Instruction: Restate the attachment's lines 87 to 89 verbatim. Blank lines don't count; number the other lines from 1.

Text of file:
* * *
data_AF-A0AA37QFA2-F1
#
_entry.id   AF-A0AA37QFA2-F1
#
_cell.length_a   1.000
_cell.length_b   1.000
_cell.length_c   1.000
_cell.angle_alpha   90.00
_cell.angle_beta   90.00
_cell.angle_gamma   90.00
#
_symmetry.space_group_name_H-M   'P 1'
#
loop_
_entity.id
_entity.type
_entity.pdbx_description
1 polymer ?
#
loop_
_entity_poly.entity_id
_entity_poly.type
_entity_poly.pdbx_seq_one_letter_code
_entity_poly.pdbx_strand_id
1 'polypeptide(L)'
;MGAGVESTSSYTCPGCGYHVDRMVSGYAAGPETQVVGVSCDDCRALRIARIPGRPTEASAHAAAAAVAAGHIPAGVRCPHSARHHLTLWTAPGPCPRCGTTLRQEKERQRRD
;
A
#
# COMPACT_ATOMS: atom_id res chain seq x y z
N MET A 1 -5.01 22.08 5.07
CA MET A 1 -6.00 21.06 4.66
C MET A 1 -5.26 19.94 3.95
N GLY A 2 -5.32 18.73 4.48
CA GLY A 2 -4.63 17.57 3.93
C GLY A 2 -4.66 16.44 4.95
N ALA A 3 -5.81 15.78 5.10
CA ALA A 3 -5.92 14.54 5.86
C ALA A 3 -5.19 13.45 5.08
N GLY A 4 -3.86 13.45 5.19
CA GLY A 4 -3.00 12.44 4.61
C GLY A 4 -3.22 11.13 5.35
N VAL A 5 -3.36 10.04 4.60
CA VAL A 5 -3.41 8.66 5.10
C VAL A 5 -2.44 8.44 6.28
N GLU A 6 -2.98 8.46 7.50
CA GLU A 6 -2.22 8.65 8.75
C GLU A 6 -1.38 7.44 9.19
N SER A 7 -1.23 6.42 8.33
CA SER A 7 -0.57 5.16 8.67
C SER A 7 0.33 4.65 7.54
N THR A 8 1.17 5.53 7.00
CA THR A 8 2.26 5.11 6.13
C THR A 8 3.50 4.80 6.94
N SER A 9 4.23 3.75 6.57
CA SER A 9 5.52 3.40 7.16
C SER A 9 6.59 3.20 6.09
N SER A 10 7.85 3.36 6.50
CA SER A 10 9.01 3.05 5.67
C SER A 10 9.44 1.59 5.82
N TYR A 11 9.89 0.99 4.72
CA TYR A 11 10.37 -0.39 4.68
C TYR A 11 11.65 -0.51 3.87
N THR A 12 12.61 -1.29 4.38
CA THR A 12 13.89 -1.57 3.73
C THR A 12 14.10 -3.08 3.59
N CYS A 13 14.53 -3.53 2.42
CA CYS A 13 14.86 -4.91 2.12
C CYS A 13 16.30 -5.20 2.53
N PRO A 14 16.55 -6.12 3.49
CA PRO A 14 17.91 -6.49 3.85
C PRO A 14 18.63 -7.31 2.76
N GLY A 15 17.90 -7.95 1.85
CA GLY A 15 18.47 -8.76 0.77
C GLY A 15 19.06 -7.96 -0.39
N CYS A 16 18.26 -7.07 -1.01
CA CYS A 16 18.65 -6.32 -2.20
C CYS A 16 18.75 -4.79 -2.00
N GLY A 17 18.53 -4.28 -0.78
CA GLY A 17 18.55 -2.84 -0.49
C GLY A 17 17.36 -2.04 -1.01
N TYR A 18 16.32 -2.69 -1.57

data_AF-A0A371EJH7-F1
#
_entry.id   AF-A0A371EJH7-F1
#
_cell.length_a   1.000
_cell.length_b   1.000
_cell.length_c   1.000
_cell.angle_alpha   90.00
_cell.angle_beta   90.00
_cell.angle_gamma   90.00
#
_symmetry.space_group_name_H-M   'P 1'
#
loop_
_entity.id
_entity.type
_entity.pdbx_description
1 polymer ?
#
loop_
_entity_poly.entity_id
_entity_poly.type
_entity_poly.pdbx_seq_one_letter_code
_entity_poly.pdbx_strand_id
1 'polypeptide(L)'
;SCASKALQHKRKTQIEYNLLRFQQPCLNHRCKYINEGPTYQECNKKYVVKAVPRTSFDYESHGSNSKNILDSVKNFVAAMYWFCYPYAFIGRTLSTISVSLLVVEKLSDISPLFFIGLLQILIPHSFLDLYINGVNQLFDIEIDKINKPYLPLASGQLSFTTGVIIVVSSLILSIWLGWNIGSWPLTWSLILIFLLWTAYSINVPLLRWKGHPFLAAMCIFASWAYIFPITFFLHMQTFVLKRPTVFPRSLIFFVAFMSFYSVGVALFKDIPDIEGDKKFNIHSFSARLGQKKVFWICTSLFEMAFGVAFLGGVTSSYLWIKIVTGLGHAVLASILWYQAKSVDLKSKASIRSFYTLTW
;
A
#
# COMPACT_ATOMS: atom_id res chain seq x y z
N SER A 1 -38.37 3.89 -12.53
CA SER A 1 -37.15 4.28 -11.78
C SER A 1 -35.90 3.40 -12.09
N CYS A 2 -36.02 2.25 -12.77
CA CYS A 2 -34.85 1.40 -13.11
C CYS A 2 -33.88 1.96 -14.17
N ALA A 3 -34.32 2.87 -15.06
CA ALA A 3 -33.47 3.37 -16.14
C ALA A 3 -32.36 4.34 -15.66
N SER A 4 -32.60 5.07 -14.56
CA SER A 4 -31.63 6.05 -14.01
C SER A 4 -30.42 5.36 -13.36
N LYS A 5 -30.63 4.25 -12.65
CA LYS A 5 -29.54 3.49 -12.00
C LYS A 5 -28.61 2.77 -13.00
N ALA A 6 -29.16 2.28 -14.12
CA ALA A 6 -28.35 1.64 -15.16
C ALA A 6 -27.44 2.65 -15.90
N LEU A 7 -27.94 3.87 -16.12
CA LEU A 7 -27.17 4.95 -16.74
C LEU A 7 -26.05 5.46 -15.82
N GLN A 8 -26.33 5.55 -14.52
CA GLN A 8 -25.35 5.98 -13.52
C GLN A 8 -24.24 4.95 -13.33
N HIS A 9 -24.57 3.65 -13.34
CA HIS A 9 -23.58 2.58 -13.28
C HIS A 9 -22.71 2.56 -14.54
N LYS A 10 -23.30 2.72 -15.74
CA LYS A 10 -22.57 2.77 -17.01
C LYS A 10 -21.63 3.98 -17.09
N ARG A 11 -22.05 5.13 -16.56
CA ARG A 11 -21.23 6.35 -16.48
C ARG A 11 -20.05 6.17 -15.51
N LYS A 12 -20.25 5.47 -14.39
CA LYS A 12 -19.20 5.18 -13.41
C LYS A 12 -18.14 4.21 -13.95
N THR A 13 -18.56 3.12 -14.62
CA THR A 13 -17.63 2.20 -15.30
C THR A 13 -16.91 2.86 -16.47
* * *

_cell.length_a   1.000
_cell.length_b   1.000
_cell.length_c   1.000